How can I get my alimony obligation terminated or at leaet reduced if I’m about to retire?

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How can I get my alimony obligation terminated or at leaet reduced if I’m about to retire?

I pay $1800 a month in alimony; I was married for 23 years. My alimony has no end date and I’m 56 years old. Is it possible to retire at 62 and either reduce or stop alimony? Don’t we have a right to retire at some point and not have the alimony requirement?

Asked on June 12, 2012 under Family Law, California

Answers:

Cameron Norris, Esq. / Law Office of Gary W. Norris

Answered 9 years ago | Contributor

As the previous answer correctly points out, a material change in circumstance is necessary before your can get a change in the order.  The problem is that you can't prospectively get the order modified based on a future change in circumstances.  The change in circumstances has to be here and now.  I know that makes planning for retirement difficult.  If there have been any other changes in circumstances, then you may be able to get support reduced in the meantime.  Is she working more?  Has she made any efforts at getting employment?  Is she well qualified?  You may be able to impute income, so that the court says she should be making income even if she isn't.  Even in long term marriages, the payee spouse has an obligation to make efforts to become self supporting.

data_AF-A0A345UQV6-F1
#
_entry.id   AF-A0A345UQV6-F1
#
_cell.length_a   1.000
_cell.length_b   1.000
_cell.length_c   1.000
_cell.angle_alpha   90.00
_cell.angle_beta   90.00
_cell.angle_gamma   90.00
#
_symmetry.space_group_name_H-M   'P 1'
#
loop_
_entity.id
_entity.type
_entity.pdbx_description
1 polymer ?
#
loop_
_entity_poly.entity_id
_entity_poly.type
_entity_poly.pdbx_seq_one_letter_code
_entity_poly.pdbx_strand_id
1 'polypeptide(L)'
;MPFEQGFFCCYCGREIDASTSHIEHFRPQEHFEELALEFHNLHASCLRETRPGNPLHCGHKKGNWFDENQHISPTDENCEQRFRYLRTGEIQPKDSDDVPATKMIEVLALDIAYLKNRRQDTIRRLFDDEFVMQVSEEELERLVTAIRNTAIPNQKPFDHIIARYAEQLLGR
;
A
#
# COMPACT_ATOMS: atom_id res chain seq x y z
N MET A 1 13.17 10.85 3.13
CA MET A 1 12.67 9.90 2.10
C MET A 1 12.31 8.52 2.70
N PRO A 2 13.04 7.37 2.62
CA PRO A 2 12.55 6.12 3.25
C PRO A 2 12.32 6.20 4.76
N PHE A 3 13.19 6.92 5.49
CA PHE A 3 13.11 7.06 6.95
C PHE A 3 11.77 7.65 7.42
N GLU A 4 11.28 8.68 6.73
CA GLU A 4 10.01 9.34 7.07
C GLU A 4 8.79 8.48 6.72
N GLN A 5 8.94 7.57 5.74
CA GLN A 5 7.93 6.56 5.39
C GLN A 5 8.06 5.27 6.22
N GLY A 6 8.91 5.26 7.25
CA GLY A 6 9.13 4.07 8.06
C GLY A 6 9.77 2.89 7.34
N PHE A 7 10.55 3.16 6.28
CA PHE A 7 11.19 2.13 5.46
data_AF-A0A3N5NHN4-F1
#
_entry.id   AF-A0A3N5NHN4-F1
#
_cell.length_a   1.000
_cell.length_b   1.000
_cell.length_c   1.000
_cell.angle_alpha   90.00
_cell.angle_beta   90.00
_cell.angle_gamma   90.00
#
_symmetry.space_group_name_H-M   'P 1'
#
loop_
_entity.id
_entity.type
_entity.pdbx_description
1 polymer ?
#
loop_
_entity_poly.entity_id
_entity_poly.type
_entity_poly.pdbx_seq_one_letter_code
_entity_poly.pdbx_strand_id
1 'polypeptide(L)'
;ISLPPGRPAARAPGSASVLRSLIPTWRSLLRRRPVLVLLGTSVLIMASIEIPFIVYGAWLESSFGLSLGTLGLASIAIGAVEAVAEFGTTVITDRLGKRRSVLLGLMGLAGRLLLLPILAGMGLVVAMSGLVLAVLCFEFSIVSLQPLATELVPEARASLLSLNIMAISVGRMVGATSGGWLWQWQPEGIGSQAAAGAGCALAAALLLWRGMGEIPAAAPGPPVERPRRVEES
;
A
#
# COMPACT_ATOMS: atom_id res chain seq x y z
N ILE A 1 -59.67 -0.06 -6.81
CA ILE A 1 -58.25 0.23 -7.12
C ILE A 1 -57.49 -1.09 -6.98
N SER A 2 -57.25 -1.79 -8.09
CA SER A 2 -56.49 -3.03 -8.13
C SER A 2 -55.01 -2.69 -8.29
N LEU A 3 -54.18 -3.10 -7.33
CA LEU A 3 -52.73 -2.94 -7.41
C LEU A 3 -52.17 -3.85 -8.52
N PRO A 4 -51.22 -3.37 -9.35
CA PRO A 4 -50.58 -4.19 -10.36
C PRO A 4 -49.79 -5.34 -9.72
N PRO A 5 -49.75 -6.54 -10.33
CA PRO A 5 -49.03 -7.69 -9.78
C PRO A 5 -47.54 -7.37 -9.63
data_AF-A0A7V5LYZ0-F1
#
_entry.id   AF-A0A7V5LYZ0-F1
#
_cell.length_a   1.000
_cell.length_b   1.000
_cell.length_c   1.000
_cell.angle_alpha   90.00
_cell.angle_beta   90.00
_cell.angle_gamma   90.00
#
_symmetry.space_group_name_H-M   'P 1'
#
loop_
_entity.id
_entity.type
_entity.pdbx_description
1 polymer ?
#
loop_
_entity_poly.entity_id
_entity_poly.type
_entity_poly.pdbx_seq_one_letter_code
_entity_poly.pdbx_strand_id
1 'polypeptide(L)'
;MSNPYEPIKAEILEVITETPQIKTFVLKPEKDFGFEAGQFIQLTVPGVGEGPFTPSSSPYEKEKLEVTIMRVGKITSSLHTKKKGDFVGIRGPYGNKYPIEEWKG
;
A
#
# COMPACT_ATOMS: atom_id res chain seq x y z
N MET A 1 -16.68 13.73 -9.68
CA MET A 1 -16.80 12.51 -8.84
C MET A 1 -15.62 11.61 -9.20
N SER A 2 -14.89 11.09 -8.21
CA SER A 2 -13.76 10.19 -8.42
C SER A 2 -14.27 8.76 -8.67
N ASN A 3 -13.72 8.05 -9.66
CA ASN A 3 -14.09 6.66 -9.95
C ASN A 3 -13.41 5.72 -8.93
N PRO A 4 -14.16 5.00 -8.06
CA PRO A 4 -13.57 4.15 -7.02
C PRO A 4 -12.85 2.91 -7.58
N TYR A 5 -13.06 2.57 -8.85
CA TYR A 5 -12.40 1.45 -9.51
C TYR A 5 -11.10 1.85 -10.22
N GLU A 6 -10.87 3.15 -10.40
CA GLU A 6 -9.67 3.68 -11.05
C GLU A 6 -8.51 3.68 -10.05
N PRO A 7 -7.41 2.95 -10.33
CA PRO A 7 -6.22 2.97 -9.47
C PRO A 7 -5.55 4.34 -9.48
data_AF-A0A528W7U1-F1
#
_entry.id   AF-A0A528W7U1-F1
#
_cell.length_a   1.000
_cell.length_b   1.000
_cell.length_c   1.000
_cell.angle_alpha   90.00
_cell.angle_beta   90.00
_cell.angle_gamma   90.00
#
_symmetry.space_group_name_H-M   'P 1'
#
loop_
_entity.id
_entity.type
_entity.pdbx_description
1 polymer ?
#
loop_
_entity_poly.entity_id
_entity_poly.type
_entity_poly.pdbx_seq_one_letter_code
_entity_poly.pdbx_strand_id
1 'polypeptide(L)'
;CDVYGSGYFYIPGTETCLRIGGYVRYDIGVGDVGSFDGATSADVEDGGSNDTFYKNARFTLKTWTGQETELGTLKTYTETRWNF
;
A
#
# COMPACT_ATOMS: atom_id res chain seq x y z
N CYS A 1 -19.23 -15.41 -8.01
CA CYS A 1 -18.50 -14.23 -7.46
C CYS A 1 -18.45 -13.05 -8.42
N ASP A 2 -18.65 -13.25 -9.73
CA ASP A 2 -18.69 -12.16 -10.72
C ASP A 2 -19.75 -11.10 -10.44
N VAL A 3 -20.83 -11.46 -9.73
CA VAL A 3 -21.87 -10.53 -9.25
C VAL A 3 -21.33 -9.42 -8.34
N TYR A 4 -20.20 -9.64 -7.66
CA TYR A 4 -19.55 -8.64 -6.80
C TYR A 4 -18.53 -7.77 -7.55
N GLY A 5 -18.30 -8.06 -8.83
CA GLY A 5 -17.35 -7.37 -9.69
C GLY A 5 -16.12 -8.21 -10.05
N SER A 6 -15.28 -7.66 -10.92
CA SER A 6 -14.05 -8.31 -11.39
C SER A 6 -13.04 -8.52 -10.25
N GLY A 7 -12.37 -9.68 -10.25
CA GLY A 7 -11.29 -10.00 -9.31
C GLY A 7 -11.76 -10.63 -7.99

Let me know if you have any questions and if you are in the Ventura County area I would love to represent you in this matter.

Best of luck.

M.T.G., Member, New York Bar / FreeAdvice Contributing Attorney

Answered 9 years ago | Contributor

One needs to read your agreement or order on this matter to properly guide you.  So your wife was given permanent alimony?  Was this a marriage of long duration (10 or more years)?  The court will retain jurisdiction for a modification and it is possible even in cases of "permanent" awards.  The basis for your application to the court is that there has been a "detrimental change" in the obligor party's needs or ability to pay outweighs the other's need for support. In other words you will bring a proceeding on the basis of "changed circumstances". Good luck.



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